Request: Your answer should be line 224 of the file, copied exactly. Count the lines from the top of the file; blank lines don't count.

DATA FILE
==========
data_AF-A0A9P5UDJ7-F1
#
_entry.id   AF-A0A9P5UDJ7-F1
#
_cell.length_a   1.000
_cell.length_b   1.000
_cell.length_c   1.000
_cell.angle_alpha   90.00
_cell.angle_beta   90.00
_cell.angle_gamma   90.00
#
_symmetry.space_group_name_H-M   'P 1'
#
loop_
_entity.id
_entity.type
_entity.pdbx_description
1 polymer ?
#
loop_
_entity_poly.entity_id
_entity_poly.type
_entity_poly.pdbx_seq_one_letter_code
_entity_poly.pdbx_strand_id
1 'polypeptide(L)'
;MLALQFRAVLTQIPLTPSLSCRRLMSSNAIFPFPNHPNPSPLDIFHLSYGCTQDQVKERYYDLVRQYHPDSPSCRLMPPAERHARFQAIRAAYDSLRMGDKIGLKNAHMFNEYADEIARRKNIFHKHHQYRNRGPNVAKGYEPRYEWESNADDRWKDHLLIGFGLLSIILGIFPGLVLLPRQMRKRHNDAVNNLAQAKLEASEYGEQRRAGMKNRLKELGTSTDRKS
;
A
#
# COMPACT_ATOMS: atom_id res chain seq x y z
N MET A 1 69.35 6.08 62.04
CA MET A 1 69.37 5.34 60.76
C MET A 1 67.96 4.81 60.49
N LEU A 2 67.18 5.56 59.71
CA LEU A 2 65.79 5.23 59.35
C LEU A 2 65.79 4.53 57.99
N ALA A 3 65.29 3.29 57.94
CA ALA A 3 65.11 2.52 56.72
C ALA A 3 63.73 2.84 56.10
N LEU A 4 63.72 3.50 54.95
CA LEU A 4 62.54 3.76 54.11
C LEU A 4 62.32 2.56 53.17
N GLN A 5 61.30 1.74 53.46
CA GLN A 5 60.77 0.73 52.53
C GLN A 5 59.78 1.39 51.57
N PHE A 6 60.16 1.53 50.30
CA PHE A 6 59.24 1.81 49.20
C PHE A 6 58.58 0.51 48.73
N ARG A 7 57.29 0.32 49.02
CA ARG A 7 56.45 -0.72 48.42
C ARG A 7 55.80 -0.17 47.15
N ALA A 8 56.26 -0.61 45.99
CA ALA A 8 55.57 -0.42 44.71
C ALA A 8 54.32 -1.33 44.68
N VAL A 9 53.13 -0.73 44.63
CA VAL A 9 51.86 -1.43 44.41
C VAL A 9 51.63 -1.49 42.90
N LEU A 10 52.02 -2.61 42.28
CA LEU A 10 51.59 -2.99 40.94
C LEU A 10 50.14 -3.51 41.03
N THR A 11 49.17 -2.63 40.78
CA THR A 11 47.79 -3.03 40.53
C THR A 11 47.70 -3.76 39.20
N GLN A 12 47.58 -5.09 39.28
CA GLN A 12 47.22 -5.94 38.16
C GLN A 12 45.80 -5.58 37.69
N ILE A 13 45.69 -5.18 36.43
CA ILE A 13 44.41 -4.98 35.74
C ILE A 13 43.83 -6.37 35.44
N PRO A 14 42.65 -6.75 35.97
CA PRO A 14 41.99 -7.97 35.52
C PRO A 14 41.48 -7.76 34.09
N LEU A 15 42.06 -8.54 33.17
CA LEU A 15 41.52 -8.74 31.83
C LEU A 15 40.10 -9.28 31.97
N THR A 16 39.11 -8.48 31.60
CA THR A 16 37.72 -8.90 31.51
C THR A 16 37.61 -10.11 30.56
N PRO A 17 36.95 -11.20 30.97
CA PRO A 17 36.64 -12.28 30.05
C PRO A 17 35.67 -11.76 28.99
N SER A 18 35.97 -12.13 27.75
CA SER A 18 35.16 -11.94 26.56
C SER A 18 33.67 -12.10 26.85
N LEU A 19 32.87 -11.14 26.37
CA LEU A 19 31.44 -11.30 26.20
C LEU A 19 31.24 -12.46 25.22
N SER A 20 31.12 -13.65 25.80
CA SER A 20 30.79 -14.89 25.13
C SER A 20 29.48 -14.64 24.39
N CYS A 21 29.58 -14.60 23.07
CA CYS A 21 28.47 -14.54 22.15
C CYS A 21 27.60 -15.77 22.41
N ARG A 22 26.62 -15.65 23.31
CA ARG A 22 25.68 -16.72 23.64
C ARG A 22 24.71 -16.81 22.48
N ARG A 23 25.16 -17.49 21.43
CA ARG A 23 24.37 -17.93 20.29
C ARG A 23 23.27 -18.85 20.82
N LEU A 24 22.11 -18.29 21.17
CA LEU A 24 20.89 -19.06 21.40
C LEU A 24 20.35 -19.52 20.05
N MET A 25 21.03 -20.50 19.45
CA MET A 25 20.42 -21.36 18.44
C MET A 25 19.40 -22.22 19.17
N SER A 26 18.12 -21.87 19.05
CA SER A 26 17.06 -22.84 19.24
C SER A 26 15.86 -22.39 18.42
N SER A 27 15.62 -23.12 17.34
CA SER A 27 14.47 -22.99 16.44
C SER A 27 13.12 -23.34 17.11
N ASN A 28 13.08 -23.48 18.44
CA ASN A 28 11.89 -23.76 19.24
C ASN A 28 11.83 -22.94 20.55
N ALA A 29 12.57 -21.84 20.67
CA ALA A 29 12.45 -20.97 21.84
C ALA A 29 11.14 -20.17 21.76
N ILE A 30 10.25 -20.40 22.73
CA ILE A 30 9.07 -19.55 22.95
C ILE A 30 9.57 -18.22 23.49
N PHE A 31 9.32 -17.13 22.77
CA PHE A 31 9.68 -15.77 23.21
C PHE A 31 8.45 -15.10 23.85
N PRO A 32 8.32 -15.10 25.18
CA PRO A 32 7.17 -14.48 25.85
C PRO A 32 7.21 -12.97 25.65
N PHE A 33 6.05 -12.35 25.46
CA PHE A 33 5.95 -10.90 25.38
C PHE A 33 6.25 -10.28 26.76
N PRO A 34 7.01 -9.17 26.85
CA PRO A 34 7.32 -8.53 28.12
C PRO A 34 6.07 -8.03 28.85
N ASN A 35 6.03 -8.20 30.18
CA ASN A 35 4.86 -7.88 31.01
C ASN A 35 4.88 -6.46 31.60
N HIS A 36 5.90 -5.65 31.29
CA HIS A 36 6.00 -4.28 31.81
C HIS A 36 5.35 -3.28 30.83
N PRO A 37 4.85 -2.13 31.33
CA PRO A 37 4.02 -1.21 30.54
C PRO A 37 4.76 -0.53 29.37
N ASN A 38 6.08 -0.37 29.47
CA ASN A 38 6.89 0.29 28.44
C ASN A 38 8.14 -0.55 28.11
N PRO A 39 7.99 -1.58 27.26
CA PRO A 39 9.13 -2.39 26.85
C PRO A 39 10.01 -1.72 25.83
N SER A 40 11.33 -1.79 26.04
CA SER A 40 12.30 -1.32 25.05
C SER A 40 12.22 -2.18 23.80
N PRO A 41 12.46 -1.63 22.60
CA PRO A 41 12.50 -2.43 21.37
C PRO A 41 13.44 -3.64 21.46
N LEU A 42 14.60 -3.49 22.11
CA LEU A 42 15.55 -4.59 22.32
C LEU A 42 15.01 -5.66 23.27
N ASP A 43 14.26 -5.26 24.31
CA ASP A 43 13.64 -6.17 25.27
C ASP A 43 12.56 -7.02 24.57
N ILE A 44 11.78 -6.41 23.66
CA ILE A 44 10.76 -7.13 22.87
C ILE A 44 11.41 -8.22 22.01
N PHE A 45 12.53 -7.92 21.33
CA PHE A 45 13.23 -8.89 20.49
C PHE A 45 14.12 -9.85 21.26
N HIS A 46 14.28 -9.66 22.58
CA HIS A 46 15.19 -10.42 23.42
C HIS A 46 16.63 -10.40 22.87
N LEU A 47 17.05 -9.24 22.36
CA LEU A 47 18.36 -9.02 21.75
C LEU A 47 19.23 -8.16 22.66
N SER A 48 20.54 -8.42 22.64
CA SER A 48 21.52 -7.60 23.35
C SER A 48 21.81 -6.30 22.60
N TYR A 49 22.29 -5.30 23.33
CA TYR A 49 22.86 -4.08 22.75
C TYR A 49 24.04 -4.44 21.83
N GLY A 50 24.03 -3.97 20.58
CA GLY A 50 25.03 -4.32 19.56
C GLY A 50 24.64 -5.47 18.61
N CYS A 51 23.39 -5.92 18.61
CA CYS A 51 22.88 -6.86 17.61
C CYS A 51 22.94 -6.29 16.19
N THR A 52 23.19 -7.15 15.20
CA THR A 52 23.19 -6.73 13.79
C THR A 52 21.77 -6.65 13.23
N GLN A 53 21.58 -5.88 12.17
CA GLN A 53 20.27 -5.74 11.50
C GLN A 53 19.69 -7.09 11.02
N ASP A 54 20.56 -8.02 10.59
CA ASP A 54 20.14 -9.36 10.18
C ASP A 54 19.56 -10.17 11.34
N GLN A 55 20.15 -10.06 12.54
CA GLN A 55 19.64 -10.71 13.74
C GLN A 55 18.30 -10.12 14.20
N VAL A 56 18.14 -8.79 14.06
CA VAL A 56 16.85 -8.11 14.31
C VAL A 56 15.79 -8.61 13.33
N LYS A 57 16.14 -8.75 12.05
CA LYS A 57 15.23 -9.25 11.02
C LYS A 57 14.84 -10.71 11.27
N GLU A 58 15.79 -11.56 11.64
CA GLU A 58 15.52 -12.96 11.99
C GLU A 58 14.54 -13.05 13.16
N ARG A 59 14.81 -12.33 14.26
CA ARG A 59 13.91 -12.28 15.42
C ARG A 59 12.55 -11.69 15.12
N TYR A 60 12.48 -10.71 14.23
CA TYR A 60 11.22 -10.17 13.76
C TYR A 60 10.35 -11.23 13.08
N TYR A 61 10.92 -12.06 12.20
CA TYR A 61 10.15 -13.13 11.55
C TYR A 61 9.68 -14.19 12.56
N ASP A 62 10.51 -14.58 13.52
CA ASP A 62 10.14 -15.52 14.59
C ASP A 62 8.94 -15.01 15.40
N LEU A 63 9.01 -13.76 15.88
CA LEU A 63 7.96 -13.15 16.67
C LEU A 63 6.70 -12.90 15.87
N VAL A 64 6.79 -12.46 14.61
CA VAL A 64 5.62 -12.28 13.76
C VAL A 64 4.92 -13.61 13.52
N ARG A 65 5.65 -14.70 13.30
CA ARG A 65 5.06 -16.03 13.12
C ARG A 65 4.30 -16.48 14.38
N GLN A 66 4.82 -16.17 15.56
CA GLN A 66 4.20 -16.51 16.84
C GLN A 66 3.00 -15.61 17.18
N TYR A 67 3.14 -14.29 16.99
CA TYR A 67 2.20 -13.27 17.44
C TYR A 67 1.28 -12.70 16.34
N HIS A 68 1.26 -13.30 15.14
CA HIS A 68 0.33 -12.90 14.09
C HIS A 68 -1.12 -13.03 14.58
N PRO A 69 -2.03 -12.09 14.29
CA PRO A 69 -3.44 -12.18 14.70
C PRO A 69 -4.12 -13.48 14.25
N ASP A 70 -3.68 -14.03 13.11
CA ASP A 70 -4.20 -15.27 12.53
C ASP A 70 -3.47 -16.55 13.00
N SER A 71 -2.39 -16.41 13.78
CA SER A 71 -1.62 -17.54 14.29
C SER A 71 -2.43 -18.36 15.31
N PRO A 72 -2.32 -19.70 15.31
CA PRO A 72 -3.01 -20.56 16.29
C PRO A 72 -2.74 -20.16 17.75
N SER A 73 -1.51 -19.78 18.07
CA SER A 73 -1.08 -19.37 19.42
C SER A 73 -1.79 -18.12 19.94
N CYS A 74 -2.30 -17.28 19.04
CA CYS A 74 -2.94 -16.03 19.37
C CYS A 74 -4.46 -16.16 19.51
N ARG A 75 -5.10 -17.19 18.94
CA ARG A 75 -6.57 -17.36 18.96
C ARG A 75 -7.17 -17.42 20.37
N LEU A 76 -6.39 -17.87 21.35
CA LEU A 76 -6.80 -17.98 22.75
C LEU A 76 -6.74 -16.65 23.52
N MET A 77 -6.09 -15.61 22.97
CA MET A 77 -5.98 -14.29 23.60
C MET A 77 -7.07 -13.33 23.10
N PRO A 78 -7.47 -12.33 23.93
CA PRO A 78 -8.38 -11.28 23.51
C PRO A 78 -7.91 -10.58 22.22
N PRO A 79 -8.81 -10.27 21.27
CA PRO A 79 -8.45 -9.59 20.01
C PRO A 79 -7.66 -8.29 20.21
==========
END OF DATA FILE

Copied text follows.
CA ARG A 65 5.06 -16.03 13.12